JPB
 
  2  
Reply Wed 24 Sep, 2008 03:52 pm
@squinney,
I don't think your Friday would be all that much different than your Thursday unless you planned on retiring on Friday, or the company you work for was borrowing money to pay your paycheck, or your bank called in all of your outstanding debt to help cover their bottom line, or you needed to get your hands on any investment capital in the next... years probably.

The fallout will come to those who carry debt, who work for companies who carry debt, who don't have sufficient liquid savings to cover their outstanding debt (including possibly first mortgages and credit cards), or who planned on having investment savings available for retirement.
Ramafuchs
 
  -1  
Reply Wed 24 Sep, 2008 03:59 pm
@Ramafuchs,
since none of the regulars want to expose my naked ignorance I wish to dress myself with apt cut and pastes.
the following quote is partially my views.
The difference is british English and not American one.

Richard Milhous McCain

Sep 18th 2008
From The Economist print edition
Americans cannot escape from the shadow of Tricky Dick

Yet the Republican Party’s decision to rely so heavily on Nixon’s 1972 template is nevertheless depressing. Aren’t Republicans supposed to deplore the politics of victimhood? Conservatives make a good case that treating minority groups as victims diminishes America and institutionalises dependency. But when it comes to election-time they not only play the politics of victimhood, but play it with extraordinary relish, presenting ordinary Americans as the victims of diabolical conspiracies.

Haven’t Republicans done quite well when it comes to power? They have controlled the White House for 28 of the past 40 years, and have a solid majority on the Supreme Court. And aren’t Republicans rather good at getting their message across?

http://www.economist.com/world/unitedstates/displayStory.cfm?story_id=12260881

there is another article from the same source.
American finance
And then there were none

Sep 24th 2008 | NEW YORK
From Economist.com
What the death of the investment bank means for Wall Street
http://www.economist.com/finance/displayStory.cfm?story_id=12294688&source=features_box_main

squinney
 
  3  
Reply Wed 24 Sep, 2008 04:00 pm
@JPB,
That's good to know. Thank you.

I'm debt free outside of another two years on my car (through Ford - not a bank), and a few medical bills I'm paying off. Ford doesn't want my car and the hospital can't take back their X-Ray or bloodwork results. Smile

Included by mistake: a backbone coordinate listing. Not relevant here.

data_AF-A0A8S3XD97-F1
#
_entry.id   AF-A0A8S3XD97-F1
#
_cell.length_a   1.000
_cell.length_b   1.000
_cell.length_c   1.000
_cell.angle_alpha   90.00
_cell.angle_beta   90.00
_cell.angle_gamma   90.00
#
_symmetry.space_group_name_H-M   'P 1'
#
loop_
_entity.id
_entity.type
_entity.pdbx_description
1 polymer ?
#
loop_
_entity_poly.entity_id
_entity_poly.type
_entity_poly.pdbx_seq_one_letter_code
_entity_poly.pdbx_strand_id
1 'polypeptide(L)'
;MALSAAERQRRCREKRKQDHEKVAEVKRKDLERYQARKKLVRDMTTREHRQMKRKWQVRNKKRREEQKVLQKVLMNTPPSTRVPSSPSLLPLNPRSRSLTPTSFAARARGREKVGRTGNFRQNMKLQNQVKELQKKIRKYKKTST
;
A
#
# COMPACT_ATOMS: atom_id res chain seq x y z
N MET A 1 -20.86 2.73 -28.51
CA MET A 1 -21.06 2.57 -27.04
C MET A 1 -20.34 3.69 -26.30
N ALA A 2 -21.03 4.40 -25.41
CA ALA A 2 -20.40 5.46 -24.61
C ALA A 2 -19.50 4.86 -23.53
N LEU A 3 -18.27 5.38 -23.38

Other than that, I bank with a Canadian bank.

Just send me my $2300 part of that bailout. I'll spend it and help the Big Boys recover that way.
Robert Gentel
 
  1  
Reply Wed 24 Sep, 2008 04:06 pm
@cicerone imposter,
I've never argued that it's "fair" ci, just prudent. No matter what is done it won't be "fair" to someone.
0 Replies
 
cicerone imposter
 
  1  
Reply Wed 24 Sep, 2008 04:09 pm
@squinney,
sqinney, That's the 64-thousand dollar question. The congress was asking questions about that very issue about this bailout about overpaying or underpaying for these assets. Who will determine "fair" value before the $700 billion is spent? How and who?

Does the government own those properties outright, or is that money being spent to provide liquidity to the market place so others can buy it?

The question of "real" value then becomes an important issue.

It's a tough call no matter how they program this money. There will not be easy answers in how this will end up helping the American People.

How long will it be before this bailout funds are recouped?

"Oversight" is an over-used term when our government spends our money.
An oxymoron as such.


0 Replies
 
Ramafuchs
 
  -1  
Reply Wed 24 Sep, 2008 04:14 pm
@Ramafuchs,
One of the American has this pognant, piercing, penetratic pure English.

But whatever final form this bailout proposal takes, and however it is implemented by this Administration and the one to come, I think it is absolutely critical to maintain a clear distinction between saving the American (and global) financial system from catastrophic lockup or breakdown"which should be the point of the whole exercise"and pulling any one (or more) particular financial institution's bacon out of the fire, which should not.

As an economy, and as a country, we will suffer losses. Sacrifices will have to be made. And, like in any war, it should be the soldiers on the front line who bear the brunt of the damage.